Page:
Although we cannot think of a single recent instance where regulators flat-out refused a merger, Sprint is arguing that they should do so with the proposed AT&T/T-Mobile union. On Tuesday, Sprint filed a formal, 130-page request asking the FCC to block the merger, saying that even if AT&T divested itself of key assets, consumers would still be harmed.
Sprint used a lot of harsh language in its request to the FCC and its press release. It said that the merger would create a "duopoly" -- meaning AT&T and Verizon -- which would own 76 percent of the wireless market between them. This so-called duopoly, would "stunt investment and innovation. No divestitures or conditions can remedy these fundamental anti-consumer and anti-competitive harms. AT&T’s takeover of T- Mobile must be blocked."
The carrier went onto to say that this merger was tantamount to a "government bailout" of AT&T: "In effect, AT&T is simply seeking a government bailout for problems of its own making and expects the cost of the bailout to be shouldered by American consumers. Instead of paying Deutsche Telekom $39 billion, AT&T could invest a fraction of that amount to expand its LTE deployment to nearly all Americans. But rather than respond to the market demands of a competitive industry, AT&T has chosen to eliminate competition and transform a competitive market into a duopoly."
We hate to point out pesky little things called details, but AT&T spending its own money to buy an already built network is not the same thing as the United States giving Goldman Sachs $12 billion to keep it afloat ... just sayin'.
Sprint says it fears that AT&T and Verizon will set prices like dueling mafia families coming to agreement on how to divvy up their territories. Sprint insists that this imagined price setting would drive up costs for the consumers and allow the two to increase rates for backhaul services, the fees that allow carriers to pass traffic on each other's networks. Bigger still, Sprint argues that the two would lockout access to the handsets makers, who would be forbidden from allowing other carriers to sell their latest, greatest devices.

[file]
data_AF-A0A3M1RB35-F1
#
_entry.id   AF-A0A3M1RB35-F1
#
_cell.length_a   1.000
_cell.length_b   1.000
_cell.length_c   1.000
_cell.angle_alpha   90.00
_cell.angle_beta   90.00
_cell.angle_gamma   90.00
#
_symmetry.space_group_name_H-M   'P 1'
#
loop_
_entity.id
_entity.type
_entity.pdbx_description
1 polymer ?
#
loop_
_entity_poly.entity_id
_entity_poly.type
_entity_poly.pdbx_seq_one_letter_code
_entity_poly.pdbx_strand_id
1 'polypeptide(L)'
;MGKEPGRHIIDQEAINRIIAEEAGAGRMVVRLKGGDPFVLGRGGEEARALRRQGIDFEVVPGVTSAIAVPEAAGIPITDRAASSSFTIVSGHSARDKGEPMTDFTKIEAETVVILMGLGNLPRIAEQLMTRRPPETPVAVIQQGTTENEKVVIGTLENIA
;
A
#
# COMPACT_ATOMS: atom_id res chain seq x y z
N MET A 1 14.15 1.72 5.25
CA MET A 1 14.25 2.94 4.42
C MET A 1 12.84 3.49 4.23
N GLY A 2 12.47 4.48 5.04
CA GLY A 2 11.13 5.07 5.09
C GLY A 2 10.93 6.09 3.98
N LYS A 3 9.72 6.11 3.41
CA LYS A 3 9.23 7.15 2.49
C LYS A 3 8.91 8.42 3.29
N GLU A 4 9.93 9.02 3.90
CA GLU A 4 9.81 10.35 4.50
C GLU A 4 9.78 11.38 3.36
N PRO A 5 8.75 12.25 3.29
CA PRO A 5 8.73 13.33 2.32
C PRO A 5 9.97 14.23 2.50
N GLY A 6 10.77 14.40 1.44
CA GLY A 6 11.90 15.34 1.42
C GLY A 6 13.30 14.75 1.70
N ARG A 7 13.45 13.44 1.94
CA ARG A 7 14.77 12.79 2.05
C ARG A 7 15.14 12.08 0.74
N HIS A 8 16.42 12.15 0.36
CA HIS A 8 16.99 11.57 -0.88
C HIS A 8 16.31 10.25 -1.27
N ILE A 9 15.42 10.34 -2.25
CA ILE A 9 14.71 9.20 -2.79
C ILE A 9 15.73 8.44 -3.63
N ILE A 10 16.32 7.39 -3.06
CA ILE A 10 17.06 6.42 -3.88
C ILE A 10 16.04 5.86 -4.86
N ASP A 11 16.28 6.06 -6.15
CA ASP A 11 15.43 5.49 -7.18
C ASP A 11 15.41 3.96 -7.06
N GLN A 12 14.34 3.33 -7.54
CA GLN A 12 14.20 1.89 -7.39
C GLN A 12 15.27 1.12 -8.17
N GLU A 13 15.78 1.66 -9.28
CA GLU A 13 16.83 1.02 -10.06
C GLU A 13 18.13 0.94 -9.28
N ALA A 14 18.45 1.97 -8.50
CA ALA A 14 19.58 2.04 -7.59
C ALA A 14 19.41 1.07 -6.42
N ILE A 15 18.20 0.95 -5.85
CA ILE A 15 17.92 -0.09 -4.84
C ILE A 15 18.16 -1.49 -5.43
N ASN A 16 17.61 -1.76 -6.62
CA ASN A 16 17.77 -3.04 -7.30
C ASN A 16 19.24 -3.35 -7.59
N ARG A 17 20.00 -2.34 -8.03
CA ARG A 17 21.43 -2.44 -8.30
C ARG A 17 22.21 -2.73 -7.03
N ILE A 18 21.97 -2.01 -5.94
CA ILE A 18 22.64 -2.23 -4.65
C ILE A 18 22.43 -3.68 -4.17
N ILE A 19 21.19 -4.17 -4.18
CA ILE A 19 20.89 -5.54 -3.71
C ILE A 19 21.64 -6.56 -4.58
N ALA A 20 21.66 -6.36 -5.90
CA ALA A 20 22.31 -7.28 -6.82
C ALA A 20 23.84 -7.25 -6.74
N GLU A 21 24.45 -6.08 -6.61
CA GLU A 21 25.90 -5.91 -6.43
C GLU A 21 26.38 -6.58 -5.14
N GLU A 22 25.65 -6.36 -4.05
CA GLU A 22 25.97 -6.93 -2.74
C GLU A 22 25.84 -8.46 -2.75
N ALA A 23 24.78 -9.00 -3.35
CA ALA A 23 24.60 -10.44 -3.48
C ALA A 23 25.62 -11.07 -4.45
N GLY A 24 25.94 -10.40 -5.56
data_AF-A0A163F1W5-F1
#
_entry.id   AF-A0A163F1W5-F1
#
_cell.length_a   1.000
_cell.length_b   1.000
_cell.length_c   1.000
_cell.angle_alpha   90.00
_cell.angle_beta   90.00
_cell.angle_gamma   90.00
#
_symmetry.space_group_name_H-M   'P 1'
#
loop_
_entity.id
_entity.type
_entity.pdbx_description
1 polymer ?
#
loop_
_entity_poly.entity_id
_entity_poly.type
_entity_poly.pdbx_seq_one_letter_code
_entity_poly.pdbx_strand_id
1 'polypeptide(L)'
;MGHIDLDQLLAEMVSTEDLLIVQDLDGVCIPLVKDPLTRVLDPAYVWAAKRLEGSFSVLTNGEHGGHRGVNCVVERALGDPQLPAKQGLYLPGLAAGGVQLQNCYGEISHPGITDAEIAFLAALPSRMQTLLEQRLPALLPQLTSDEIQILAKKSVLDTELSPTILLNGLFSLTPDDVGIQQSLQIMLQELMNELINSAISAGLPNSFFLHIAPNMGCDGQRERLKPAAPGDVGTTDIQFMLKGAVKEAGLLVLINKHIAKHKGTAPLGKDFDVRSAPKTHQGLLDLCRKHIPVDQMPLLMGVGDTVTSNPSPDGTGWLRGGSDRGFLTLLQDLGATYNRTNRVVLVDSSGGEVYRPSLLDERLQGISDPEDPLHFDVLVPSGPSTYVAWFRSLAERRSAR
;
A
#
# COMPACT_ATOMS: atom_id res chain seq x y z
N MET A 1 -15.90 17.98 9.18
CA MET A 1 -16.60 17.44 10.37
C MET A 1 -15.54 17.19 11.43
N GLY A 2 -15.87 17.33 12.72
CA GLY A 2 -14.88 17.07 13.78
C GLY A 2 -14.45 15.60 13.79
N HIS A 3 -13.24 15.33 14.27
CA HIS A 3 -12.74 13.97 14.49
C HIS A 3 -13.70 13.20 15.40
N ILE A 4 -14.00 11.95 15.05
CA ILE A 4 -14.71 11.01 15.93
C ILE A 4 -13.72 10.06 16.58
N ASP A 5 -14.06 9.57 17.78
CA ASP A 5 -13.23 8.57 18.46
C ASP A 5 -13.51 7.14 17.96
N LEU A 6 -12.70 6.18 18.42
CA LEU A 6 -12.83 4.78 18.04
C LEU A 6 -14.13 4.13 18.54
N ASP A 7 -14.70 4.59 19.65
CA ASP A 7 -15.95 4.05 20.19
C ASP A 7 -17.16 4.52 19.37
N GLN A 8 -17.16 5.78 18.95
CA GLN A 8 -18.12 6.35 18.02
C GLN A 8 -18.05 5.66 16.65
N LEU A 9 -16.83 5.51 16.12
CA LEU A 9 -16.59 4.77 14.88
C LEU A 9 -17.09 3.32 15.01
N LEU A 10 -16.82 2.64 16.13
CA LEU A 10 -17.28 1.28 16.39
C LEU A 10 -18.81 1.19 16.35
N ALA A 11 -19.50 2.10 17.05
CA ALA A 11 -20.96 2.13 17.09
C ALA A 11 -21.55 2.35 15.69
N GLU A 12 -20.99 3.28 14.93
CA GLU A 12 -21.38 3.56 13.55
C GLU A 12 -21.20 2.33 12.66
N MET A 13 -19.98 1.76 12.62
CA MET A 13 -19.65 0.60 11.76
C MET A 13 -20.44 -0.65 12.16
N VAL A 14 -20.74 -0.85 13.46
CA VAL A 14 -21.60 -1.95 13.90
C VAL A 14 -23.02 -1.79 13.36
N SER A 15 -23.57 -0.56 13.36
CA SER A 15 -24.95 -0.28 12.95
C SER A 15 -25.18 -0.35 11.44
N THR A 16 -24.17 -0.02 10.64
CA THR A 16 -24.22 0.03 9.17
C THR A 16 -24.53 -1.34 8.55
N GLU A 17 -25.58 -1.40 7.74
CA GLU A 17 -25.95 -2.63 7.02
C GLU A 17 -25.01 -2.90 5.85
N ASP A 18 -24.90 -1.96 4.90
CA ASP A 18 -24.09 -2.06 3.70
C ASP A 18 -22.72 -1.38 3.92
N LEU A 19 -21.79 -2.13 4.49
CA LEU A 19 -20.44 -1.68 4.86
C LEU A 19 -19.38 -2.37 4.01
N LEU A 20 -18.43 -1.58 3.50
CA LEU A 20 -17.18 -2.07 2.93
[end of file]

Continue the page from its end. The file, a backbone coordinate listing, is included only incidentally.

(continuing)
"AT&T’s spectrum position is the envy of the industry." Sprint says.
As for AT&T's argument that it needs T-Mobile to increase access to wireless spectrum, Sprint says pshaw. The company argues, "AT&T has the largest licensed spectrum holdings of any wireless carrier. AT&T also is the largest holder of unused spectrum, with 40 MHz, on a population-weighted nationwide basis, of unused or underutilized AWS, 700 MHz, and WCS spectrum. AT&T could use this reserve of spectrum to improve service for its customers, but has chosen instead to warehouse it for future services. Moreover, AT&T has repeatedly reassured investors that it has the spectrum and network capacity it needs to meet the growing demand for data services."
Sprint makes some valid points. Then again, while less competition isn't good for consumers, it's still hard to feel sorry for Sprint. The company is forced to note in the footnotes of the formal document that "Clearwire holds rights to more than 100 MHz of 2.5 GHz spectrum" and that Sprint sells Sprint-branded capacity from Clearwire’s network and "holds an ownership stake in Clearwire."
We also find it funny that Sprint didn't feel the same need to protect the consumer against potential of rising prices when it bought Nextel, which, ironically enough, was the last big telecom merger regulators reviewed.